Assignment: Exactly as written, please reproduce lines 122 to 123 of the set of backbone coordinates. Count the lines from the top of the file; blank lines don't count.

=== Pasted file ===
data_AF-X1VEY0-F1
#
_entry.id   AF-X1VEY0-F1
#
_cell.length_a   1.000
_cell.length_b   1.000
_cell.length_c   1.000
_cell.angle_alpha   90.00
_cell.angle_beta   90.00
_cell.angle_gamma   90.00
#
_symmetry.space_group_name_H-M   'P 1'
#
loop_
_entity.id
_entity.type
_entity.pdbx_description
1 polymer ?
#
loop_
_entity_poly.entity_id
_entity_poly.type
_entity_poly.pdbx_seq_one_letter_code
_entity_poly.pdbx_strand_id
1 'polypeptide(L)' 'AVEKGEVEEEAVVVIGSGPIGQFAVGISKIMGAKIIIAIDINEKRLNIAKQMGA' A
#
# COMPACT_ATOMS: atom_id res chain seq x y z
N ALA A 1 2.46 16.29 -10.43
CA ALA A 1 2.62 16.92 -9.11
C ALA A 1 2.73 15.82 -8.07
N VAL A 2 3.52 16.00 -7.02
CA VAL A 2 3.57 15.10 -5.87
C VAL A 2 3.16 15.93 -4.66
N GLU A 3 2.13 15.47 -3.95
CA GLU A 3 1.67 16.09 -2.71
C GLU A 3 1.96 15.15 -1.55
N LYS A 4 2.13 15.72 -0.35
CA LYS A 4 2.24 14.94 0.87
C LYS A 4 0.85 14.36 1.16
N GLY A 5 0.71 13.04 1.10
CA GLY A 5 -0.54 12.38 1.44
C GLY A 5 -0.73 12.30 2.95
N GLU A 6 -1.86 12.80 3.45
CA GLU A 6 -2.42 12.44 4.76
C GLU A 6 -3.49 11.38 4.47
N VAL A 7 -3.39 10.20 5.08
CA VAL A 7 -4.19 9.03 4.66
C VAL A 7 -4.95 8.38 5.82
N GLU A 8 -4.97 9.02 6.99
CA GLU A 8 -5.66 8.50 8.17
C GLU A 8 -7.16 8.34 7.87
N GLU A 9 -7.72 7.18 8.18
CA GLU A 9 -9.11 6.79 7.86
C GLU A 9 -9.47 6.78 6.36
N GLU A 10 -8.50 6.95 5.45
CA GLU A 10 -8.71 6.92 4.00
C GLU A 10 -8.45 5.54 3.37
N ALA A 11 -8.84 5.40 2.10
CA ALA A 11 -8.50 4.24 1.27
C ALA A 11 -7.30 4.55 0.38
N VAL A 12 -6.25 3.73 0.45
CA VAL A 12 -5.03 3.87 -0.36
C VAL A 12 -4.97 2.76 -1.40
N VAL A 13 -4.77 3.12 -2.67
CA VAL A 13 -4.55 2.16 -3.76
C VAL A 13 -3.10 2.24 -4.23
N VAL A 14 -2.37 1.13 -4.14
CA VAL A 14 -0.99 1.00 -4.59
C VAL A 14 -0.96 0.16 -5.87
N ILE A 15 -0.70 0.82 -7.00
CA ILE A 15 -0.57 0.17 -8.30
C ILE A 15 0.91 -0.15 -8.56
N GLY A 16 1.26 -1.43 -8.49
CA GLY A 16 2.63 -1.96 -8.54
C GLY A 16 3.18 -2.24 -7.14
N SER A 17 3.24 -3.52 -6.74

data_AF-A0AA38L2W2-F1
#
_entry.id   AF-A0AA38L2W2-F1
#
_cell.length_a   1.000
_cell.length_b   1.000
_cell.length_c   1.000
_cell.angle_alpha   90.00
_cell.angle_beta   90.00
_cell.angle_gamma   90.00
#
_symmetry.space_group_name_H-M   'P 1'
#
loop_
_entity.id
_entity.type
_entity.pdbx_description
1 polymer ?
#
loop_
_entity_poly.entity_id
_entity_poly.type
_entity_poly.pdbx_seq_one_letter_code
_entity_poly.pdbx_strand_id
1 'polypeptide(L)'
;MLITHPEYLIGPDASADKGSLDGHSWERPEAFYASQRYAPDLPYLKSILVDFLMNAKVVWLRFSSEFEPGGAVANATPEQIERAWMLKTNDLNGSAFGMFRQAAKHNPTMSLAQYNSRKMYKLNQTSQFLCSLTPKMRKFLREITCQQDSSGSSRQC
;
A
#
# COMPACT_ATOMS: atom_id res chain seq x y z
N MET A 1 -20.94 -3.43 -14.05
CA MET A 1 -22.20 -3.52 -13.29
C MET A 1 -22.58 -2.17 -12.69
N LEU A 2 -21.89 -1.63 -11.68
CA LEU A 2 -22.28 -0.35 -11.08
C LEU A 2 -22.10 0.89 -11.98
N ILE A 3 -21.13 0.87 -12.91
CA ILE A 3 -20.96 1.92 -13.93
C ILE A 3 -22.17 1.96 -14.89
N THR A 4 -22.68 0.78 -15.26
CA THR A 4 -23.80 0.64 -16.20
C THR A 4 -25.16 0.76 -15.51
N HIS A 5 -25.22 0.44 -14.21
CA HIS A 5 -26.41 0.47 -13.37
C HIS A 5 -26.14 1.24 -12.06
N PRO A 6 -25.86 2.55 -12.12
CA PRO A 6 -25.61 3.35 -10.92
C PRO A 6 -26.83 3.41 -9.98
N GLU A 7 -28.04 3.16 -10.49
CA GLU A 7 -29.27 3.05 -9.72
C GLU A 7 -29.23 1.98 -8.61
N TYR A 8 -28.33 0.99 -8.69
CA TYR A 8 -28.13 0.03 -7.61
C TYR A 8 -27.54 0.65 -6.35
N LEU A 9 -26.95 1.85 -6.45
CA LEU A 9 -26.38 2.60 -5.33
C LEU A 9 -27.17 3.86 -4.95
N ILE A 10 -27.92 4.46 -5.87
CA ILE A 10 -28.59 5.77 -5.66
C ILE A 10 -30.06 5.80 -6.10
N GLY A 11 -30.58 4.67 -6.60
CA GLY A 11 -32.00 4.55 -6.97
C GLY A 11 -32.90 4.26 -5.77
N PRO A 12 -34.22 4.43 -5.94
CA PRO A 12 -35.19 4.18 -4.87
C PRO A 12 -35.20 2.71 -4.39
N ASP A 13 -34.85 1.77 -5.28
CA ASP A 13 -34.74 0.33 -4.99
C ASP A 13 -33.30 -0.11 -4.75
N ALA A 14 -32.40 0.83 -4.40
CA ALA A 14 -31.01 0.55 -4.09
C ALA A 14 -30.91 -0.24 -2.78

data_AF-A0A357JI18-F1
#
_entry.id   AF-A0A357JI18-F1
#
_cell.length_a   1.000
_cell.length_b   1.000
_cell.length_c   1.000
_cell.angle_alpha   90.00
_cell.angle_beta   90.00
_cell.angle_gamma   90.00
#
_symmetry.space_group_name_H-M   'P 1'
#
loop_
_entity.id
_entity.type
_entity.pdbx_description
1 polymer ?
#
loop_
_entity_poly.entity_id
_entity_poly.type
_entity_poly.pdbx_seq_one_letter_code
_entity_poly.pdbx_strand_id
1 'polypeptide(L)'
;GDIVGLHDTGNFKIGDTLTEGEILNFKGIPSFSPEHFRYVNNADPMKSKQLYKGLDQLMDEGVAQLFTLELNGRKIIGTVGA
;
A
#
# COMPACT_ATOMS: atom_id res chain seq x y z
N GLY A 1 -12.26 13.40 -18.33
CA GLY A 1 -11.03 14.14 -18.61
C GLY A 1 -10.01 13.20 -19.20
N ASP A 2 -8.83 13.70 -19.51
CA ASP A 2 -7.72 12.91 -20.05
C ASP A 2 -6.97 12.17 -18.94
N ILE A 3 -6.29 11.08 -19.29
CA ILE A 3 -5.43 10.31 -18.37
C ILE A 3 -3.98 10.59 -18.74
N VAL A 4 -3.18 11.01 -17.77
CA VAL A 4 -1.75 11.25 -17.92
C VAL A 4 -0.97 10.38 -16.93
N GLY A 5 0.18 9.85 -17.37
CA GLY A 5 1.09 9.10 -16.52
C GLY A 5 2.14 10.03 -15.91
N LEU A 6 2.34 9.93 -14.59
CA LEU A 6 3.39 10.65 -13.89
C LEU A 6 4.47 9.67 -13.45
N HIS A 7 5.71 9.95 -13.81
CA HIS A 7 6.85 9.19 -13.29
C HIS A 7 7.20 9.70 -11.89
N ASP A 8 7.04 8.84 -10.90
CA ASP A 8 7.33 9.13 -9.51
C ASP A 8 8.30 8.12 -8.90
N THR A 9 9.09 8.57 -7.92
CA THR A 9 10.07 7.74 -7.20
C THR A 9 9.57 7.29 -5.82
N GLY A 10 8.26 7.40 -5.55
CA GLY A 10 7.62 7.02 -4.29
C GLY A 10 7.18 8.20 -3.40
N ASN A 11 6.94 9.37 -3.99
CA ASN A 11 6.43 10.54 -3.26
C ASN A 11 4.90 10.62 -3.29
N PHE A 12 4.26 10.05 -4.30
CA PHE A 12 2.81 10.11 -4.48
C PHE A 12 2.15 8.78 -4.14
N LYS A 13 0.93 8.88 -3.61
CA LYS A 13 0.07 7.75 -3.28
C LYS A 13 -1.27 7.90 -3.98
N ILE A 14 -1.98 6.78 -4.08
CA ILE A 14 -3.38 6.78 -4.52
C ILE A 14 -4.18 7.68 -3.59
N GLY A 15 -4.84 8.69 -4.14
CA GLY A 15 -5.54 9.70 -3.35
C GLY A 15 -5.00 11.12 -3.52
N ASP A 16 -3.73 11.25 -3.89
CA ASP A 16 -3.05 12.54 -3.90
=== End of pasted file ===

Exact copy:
N PRO A 6 -25.86 2.55 -12.12
CA PRO A 6 -25.61 3.35 -10.92